29. 29.
    Dizon MJ, Khodakhah K. The role of interneurons in shaping Purkinje cell responses in the cerebellar cortex. J Neurosci. 2011;31(29):10463–73.PubMedCentralPubMedCrossRefGoogle Scholar
  30. 30.
    Thach WT. Discharge of Purkinje and cerebellar nuclear neurons during rapidly alternating arm movements in the monkey. J Neurophysiol. 1968;31(5):785–97.PubMedGoogle Scholar
  31. 31.
    Frysinger RC et al. Cerebellar cortical activity during antagonist cocontraction and reciprocal inhibition of forearm muscles. J Neurophysiol. 1984;51(1):32–49.PubMedGoogle Scholar
  32. 32.
    Smith AM, Bourbonnais D. Neuronal activity in cerebellar cortex related to control of prehensile force. J Neurophysiol. 1981;45(2):286–303.PubMedGoogle Scholar
  33. 33.
    Espinoza E, Smith AM. Purkinje cell simple spike activity during grasping and lifting objects of different textures and weights. J Neurophysiol. 1990;64(3):698–714.PubMedGoogle Scholar
  34. 34.
    Wetts R, Kalaska JF, Smith AM. Cerebellar nuclear cell activity during antagonist cocontraction and reciprocal inhibition of forearm muscles. J Neurophysiol. 1985;54(2):231–44.PubMedGoogle Scholar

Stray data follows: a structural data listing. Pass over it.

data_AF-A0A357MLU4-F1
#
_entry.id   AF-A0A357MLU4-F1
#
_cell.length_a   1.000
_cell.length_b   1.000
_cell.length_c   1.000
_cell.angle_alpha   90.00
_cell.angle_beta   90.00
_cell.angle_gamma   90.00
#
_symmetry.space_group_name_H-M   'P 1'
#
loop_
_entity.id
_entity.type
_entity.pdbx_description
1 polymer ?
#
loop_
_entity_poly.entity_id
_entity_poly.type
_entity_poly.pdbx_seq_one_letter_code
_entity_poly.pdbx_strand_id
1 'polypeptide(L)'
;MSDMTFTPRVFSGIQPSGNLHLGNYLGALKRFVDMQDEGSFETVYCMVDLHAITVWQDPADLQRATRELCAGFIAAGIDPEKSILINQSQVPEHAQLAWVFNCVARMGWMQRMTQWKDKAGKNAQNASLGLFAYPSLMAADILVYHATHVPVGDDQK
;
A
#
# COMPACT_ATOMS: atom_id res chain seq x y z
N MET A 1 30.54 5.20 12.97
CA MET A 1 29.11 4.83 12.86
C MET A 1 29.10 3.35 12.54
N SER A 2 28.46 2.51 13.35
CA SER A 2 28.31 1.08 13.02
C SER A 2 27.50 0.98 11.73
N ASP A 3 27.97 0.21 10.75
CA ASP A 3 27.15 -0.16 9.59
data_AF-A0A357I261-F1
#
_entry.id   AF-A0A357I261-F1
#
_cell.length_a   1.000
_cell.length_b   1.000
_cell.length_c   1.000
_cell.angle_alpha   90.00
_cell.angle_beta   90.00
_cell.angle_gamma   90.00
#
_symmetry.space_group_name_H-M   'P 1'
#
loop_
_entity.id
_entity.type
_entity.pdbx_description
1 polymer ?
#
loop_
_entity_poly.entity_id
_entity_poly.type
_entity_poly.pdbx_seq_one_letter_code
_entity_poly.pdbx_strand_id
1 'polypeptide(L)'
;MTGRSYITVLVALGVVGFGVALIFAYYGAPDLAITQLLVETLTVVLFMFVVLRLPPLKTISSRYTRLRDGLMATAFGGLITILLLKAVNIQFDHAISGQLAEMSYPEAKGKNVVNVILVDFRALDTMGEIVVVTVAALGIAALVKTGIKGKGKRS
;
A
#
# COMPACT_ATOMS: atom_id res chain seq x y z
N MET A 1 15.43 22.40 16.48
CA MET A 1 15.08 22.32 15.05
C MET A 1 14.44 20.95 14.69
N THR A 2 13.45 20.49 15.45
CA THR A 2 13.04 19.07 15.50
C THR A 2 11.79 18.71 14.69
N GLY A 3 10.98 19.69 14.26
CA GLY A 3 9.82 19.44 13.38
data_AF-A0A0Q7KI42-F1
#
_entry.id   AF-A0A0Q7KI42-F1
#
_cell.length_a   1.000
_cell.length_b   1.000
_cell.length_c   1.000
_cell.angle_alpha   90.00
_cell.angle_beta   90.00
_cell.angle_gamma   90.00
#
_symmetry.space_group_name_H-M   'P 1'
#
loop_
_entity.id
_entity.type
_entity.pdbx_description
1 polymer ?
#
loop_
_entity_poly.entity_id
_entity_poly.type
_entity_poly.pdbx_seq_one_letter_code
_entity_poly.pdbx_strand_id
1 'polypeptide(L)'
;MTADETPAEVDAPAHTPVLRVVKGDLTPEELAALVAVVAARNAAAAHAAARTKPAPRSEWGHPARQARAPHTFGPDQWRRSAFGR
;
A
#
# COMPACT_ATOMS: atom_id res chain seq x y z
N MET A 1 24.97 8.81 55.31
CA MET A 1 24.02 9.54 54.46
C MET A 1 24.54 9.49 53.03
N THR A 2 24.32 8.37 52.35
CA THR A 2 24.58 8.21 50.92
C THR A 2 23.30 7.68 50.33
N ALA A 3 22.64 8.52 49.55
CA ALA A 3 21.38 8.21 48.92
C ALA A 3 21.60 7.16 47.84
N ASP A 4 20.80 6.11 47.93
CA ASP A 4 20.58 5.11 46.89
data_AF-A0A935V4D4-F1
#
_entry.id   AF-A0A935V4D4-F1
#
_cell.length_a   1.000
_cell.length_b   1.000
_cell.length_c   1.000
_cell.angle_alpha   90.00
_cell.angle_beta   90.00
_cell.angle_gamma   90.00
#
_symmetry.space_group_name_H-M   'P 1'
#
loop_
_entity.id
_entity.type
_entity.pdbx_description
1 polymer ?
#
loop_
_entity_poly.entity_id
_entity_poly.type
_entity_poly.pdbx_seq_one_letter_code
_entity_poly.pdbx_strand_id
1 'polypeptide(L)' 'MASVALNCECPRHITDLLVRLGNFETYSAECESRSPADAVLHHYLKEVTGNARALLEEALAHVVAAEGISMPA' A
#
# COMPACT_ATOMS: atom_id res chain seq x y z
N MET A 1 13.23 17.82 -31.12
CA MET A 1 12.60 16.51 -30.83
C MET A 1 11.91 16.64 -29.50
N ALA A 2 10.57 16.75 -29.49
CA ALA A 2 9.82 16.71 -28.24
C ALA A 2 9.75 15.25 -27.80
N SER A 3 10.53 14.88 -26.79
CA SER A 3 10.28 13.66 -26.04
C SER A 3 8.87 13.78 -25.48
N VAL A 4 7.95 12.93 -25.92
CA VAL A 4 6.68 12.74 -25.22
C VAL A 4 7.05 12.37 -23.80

35. 35.
    Medina JF, Lisberger SG. Variation, signal, and noise in cerebellar sensory-motor processing for smooth-pursuit eye movements. J Neurosci. 2007;27(25):6832–42.PubMedCentralPubMedCrossRefGoogle Scholar
  36. 36.
    Shidara M et al. Inverse-dynamics model eye movement control by Purkinje cells in the cerebellum. Nature. 1993;365(6441):50–2.PubMedCrossRefGoogle Scholar
  37. 37.
    Holdefer RN, Miller LE. Dynamic correspondence between Purkinje cell discharge and forelimb muscle activity during reaching. Brain Res. 2009;1295:67–75.PubMedCentralPubMedCrossRefGoogle Scholar
  38. 38.
    Thach WT. Correlation of neural discharge with pattern and force of muscular activity, joint position, and direction of intended next movement in motor cortex and cerebellum. J Neurophysiol. 1978;41(3):654–76.PubMedGoogle Scholar
  39. 39.